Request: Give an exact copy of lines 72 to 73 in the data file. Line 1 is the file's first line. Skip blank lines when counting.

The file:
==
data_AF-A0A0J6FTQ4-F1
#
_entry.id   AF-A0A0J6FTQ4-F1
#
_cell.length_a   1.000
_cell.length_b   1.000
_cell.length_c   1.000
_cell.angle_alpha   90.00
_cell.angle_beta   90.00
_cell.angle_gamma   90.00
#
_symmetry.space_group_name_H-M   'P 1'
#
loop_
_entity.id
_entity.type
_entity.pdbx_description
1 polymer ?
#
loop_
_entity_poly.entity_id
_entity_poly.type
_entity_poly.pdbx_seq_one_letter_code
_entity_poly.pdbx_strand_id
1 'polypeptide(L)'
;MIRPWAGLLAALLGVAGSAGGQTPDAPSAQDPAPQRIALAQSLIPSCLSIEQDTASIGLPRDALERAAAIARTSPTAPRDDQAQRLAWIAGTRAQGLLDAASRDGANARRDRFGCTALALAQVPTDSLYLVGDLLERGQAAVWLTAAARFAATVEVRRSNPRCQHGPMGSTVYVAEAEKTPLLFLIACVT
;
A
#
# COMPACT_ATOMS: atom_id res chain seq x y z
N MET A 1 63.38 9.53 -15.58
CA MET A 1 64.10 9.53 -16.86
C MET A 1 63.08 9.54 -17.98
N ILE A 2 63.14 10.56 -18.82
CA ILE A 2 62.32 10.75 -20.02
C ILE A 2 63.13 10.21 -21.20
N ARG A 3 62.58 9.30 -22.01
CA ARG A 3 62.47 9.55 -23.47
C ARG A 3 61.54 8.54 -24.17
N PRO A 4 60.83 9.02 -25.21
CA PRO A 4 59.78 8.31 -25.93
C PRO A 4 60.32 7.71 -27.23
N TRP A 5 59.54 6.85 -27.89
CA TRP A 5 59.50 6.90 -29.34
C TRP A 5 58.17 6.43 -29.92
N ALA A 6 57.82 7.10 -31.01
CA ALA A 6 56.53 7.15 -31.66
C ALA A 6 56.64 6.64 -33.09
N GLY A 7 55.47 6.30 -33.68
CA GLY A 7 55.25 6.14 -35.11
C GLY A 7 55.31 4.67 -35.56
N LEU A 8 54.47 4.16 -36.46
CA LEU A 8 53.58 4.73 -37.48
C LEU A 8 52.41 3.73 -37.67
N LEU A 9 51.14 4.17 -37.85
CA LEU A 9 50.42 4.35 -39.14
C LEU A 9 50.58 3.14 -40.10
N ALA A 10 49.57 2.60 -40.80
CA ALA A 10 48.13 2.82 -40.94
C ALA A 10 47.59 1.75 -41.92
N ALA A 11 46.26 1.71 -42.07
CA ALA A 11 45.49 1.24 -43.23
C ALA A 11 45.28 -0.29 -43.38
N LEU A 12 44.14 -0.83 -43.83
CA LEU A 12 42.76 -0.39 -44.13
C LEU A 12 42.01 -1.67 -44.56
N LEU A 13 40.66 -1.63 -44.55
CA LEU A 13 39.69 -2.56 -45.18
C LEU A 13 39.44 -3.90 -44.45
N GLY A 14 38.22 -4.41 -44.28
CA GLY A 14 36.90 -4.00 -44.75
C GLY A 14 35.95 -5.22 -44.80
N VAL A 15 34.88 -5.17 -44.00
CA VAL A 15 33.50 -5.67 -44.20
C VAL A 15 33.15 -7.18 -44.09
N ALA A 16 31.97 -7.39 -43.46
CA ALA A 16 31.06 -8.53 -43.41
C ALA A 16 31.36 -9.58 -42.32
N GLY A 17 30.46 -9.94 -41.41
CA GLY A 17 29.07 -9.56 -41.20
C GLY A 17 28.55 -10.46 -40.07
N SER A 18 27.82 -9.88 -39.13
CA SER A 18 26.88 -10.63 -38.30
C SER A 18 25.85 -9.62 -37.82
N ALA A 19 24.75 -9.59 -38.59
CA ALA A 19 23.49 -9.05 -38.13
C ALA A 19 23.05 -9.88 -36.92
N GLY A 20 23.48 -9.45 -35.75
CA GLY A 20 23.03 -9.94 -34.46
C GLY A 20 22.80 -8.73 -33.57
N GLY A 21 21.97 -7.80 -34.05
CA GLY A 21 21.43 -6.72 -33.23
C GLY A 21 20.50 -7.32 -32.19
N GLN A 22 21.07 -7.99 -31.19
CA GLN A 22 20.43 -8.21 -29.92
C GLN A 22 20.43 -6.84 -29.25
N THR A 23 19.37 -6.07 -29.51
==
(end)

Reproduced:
C GLY A 14 35.95 -5.22 -44.80
N VAL A 15 34.88 -5.17 -44.00